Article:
Catholic Women Priests?
So now we come to the real question at hand: can women be ordained to the Catholic Priesthood?
Short answer: NO.
The long answer requires some research into the most common arguments for the ordination of women. The one I will be focusing on today is the notion that the early Church had ordained women to the Diaconate. If the early Church did do such a thing, the next logical step is to allow women to the Priesthood.
So the question is, did the early Church allow women to be ordained to the Diaconate? The only way to answer this question is to read what the early Church has said on this topic.
Tertullian ~ The Veiling of Virgins 9 (A.D. 206)
It is not permitted for a woman to speak in the church (1 Cor 14:34-35), but neither [is it permitted her] … to offer, nor to claim to herself a lot in any manly function, not to say sacerdotal office.
Hippolytus ~ The Apostolic Tradition 11(A.D. 215)
When a widow is to be appointed, she is not to be ordained, but is designated by being named [a widow]. … A widow is appointed by words alone, and is then associated with the other widows. Hands are not imposed on her, because she does not offer the oblation and she does not conduct the liturgy. Ordination is for the clergy because of the liturgy; but a widow is appointed for prayer, and prayer is the duty of all.
Council of Nicaea I ~ Canon 19 (A.D. 325)
Similarly, in regard to the deaconesses, as with all who are enrolled in the register, the same procedure is to be observed. We have made mention of the deaconesses, who have been enrolled in this position, although, not having been in any way ordained, they are certainly to be numbered among the laity.
Council of Laodicea ~ Canon 11 (A.D. 360)
The so-called presbyteresses or presidentesses are not to be ordained in the Church.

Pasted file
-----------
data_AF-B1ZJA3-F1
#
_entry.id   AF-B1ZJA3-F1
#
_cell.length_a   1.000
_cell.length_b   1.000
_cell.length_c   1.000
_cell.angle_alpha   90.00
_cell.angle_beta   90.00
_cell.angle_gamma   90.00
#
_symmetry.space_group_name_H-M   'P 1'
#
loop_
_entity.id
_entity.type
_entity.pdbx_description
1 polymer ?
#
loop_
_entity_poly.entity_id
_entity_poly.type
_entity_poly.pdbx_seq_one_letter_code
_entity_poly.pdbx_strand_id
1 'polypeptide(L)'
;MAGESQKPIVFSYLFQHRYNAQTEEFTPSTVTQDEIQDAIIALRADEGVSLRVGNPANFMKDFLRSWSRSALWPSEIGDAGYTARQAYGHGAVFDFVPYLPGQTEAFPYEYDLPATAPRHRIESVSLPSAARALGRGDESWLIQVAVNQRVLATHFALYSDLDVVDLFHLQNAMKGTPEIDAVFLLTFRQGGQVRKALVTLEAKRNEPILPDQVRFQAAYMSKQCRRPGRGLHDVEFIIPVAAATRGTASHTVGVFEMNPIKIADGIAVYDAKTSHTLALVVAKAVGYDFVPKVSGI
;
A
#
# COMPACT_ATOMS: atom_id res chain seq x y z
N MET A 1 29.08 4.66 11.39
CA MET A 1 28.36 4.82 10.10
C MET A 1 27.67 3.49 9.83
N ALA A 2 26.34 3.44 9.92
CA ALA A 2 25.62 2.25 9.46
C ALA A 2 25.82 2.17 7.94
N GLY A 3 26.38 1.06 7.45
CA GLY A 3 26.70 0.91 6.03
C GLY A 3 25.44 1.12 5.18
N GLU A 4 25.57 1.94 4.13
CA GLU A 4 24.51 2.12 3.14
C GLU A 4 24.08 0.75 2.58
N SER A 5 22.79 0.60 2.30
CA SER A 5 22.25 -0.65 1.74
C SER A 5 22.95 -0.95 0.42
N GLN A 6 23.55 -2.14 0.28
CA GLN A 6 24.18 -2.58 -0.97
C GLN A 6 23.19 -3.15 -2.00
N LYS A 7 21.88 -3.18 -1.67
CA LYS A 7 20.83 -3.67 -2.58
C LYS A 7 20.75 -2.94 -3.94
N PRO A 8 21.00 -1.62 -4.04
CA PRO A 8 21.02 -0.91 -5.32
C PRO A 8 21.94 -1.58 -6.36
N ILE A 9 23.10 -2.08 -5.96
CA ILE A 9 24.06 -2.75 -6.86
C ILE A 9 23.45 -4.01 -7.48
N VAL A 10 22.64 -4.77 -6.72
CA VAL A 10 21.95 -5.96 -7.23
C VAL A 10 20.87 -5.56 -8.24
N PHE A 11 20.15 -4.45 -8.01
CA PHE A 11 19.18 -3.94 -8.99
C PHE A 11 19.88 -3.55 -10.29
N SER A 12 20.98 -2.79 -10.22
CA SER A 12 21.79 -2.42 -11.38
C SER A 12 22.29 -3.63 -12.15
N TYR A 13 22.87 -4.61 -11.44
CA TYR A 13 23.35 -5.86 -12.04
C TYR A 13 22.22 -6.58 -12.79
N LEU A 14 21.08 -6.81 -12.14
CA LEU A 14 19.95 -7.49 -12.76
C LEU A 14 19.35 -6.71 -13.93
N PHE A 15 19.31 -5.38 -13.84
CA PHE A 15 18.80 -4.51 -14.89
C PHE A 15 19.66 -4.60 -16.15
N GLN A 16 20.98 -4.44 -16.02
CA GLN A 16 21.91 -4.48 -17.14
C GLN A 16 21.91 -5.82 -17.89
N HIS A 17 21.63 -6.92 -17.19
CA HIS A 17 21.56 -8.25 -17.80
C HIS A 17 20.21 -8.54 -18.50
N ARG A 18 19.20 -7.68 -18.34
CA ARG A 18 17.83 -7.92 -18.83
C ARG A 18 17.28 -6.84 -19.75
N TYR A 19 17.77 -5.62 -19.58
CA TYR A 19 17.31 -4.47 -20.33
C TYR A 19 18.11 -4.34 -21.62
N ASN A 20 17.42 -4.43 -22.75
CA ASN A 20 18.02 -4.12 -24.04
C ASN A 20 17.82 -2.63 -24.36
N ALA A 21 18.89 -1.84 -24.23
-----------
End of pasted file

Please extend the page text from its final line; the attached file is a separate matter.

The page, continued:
St. Epiphanius of Salamis, Father of the Church ~ Against Heresies (A.D. 377)
• It is true that in the Church there is an order of deaconesses, not for being a priestess nor for any kind of work of administration, but for the sake of the dignity of the female sex, either at the time of baptism or of examining the sick or suffering, so that the naked body of a female may not be seen by men administering sacred rites, but by the deaconess.(ibid)
• From this bishop [James the Just] and the just-named apostles, the succession of bishops and presbyters [priests] in the house of God have been established. Never was a woman called to these. … According to the evidence of Scripture, there were, to be sure, the four daughters of the evangelist Philip, who engaged in prophecy, but they were not priestesses. (ibid)
• If women were to be charged by God with entering the priesthood or with assuming ecclesiastical office, then in the New Covenant it would have devolved upon no one more than Mary to fulfill a priestly function. She was invested with so great an honor as to be allowed to provide a dwelling in her womb for the heavenly God and King of all things, the Son of God. … But He did not find this [the conferring of priesthood on her] good.(ibid, 79:3)
The Apostolic Constitutions ~ (A.D. 400)
• A virgin is not ordained, for we have no such command from the Lord, for this is a state of voluntary trial, not for the reproach of marriage, but on account of leisure for piety. (Apostolic Constitutions 8:24)
But if in the foregoing constitutions we have not permitted [women] to teach, how will any one allow them, contrary to nature, to perform the office of the priest? For this is one of the ignorant practices of Gentile atheism, to ordain women priests to the female deities, not one of the constitutions of Christ. (ibid, 3:9)
• A widow is not ordained; yet if she has lost her husband a great while and has lived soberly and unblamably and has taken extraordinary care of her family, as Judith and Anna those women of great reputation, let her be chosen into the order of widows. (ibid, 8:25)
• A deaconess does not bless, but neither does she perform anything else that is done by presbyters [priests] and deacons, but she guards the doors and greatly assists the presbyters, for the sake of decorum, when they are baptizing women. (ibid, 8:28)
So we can see here that at no time did the Church ever ordain women to the Diaconate. What the Church did allow was women to assist the male Deacons and Priests when they were ministering to women for the sake of decency. It was not, and still isn’t, proper for a male Deacon or Priest to Baptize women in the full immersion Baptism which was common in the early Church.